The Thinking Language of Elementary School Teachers in the Arab Education System in Israel: Implications for Teacher Education


This pioneering study constitutes initial research on the topic of the thinking language of elementary school teachers in the Arab education system in Israel. The language of thinking can contribute significantly to every child and every classroom. However, written and spoken texts in the classroom at all levels use very few words referring to thinking. The current study attempts to bring the topic of thinking onto the agenda of the education system in general and the Arab education system in particular. This education system functions in a society characterized as developing and marked by a traditional culture. Thus, teaching in the Arab education system in Israel is still primarily a verbal activity. The objective of the study was to examine the language of thinking among teachers in the Arab elementary schools. It uses qualitative methodology through analysis of quantitative measures. The research tool involved the structured recording of the protocols of 38 lessons. The results of the study show that the thinking language of teachers in Arab elementary schools is sparse, ambiguous and inaccurate. Among the study’s recommendations are to offer teachers continuing education courses on this topic, to train teachers at teacher training colleges in the language of thinking, and to allot special courses for teacher trainees. Such training programs should provide teacher trainees with experiential learning experiences to understand and develop their thinking, enabling them to use the language of thinking with their pupils.

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Abu-Hussain, J. (2015) The Thinking Language of Elementary School Teachers in the Arab Education System in Israel: Implications for Teacher Education. Open Journal of Business and Management, 3, 257-264. doi: 10.4236/ojbm.2015.33026.

1. Theoretical Background

Leading educational systems have realized that the only way to improve outcomes and pupil achievement is to improve the standard of teaching itself [1] .

Recent criticism of education has focused on the issue that education is aimed more at conveying facts than at developing thinking. More often, pupils receive knowledge without the qualities that make it clear, relevant, meaningful and important [2] . For example, pupils learn mathematics but they are not familiar with mathematical thinking [3] .

In recent years, especially in view of pupils’ low achievements on international tests, the development of thinking has become a central and important issue in the education system in Israel and the Arab education system in particular, as reflected in the pedagogical policy of the Ministry of Education in Israel. Educators have begun to understand that pupils need to be active in their learning and should be able to think on a high level. Programs to develop thinking began to appear in a significant number of schools [2] [4] .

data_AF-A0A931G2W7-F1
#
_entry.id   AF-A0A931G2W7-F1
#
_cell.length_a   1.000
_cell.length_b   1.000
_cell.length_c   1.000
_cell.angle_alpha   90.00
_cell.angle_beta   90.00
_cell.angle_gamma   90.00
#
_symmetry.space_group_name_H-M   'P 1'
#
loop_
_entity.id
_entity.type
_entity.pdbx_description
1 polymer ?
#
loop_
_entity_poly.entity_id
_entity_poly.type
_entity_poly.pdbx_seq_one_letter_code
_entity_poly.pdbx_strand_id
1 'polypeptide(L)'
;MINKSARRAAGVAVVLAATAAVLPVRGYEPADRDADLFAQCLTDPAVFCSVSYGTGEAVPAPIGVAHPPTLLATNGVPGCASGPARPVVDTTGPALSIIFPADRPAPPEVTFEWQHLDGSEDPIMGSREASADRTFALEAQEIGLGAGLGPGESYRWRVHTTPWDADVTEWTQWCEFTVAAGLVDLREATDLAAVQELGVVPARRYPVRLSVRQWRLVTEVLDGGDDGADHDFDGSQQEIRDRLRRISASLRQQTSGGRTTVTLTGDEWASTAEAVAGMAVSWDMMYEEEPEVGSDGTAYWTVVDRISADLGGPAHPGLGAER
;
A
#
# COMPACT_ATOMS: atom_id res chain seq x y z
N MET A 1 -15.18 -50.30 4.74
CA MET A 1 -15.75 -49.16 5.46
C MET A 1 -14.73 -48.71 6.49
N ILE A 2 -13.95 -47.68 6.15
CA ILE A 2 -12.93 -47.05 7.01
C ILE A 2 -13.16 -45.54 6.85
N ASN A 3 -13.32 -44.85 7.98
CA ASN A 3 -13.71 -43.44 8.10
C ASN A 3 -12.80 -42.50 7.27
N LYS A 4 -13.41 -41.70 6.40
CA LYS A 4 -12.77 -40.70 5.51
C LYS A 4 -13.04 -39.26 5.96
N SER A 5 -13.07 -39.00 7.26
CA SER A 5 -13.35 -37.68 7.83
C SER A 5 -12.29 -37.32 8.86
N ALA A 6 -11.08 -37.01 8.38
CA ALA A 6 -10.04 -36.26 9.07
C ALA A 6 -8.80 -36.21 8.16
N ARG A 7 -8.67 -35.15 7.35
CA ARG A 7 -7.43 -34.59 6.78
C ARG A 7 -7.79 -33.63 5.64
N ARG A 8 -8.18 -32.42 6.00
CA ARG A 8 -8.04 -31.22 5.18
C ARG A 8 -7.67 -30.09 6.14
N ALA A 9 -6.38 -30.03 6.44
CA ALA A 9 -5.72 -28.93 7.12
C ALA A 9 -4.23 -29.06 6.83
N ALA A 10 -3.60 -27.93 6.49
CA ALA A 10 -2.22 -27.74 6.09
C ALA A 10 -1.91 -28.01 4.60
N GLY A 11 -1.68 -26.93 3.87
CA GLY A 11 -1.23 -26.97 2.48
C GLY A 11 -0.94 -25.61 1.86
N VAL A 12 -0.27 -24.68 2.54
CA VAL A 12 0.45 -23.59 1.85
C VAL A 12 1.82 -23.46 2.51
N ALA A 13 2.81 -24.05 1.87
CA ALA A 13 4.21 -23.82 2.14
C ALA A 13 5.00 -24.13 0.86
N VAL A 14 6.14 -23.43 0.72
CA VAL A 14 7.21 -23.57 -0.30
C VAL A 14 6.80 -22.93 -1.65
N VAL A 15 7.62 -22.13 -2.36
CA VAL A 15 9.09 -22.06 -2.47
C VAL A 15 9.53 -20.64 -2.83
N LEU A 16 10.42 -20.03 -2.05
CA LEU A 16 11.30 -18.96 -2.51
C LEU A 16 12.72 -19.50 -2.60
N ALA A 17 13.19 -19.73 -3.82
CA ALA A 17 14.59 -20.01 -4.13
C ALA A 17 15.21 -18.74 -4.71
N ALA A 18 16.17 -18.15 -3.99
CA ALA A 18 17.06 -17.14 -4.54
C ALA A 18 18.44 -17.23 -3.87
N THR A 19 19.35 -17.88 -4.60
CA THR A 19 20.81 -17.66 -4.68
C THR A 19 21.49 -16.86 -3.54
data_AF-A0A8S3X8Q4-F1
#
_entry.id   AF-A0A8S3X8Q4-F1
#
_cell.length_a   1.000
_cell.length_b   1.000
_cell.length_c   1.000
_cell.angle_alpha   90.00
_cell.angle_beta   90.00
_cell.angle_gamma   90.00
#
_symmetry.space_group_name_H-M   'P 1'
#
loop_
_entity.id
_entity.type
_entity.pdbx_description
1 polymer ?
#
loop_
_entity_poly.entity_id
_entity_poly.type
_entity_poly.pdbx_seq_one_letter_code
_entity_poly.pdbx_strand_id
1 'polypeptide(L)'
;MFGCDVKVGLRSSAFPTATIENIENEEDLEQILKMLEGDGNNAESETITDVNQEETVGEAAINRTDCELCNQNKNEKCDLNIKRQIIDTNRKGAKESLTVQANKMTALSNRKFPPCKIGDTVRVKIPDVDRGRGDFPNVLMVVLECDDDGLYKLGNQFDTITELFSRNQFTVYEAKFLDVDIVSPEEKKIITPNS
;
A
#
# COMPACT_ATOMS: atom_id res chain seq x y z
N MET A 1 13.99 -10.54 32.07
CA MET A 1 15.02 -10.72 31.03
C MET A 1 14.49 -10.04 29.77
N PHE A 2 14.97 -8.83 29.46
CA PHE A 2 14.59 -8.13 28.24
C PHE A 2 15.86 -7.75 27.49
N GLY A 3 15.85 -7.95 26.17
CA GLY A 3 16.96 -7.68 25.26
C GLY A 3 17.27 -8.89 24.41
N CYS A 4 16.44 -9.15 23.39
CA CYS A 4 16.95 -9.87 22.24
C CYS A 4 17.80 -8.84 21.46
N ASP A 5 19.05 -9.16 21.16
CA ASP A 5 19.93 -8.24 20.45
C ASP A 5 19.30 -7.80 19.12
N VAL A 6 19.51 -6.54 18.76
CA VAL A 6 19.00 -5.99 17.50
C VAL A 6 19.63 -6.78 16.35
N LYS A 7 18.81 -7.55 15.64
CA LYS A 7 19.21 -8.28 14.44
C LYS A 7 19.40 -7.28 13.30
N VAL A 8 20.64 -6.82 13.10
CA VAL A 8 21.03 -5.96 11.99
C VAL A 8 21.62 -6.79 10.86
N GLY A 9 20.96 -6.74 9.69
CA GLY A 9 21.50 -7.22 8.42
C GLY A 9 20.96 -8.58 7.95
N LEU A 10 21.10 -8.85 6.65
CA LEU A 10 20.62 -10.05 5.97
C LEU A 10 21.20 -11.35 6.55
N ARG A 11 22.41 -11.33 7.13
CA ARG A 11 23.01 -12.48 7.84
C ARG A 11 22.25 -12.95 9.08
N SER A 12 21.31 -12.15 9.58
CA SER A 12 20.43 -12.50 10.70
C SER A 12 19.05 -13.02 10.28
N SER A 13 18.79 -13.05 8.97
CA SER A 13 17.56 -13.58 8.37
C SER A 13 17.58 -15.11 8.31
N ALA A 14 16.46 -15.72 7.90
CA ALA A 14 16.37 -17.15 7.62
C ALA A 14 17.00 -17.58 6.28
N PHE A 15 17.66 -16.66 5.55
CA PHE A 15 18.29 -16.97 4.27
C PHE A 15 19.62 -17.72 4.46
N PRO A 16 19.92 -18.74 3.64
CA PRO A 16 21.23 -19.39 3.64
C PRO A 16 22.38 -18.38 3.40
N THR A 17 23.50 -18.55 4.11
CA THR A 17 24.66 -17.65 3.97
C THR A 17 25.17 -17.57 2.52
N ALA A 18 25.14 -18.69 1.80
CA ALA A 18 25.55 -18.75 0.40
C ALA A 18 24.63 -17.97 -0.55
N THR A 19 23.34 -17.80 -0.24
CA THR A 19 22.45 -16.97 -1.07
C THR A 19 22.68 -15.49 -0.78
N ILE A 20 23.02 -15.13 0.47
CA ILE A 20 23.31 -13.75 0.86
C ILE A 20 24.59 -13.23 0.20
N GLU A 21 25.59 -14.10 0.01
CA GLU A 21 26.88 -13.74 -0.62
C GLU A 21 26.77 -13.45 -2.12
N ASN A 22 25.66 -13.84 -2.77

In his book Thought and Language, Vygotsky argues that a collection of vowels is not a word unless it has meaning. Hence, the meaning is a necessary constitutive feature of the word itself. This means that a word itself and its meaning basically an inclusion. Inclusion is a real and specific action of thought. Hence, thinking and language are closely connected and are difficult to separate [5] .

Thinking and language develop and in hand. That the richer the language, the richer the thought, and vice versa, so that thinking enriches language. Words create thought pathways that can be followed. Words are used to speak the language, to direct thinking and to make it more precise.

The language of thinking can contribute significantly to every child and every classroom. However, written and spoken texts in the classroom at all levels use very few thinking words.

The linguistic environment of the school is marked by poor thinking language. Teachers tend to “simplify” their language in order to give their students access to difficult study materials. But these good intentions have prevented pupils from learning the language of thinking which is so necessary for navigating and managing thought [6] .

Language is usually a cultural force that can shape tendencies and behavior. This power also applies to the language of thought. The use of thinking language helps in developing thinking dispositions in several ways. It encourages thinking behavior which drives thinking dispositions by instilling strength and inspiration. Not only does thinking language provide information but it also serves as an invitation to embrace and cultivate habits of thinking and helps in developing learners’ sensitivity for appropriate opportunities to engage in higher-order thinking [7] .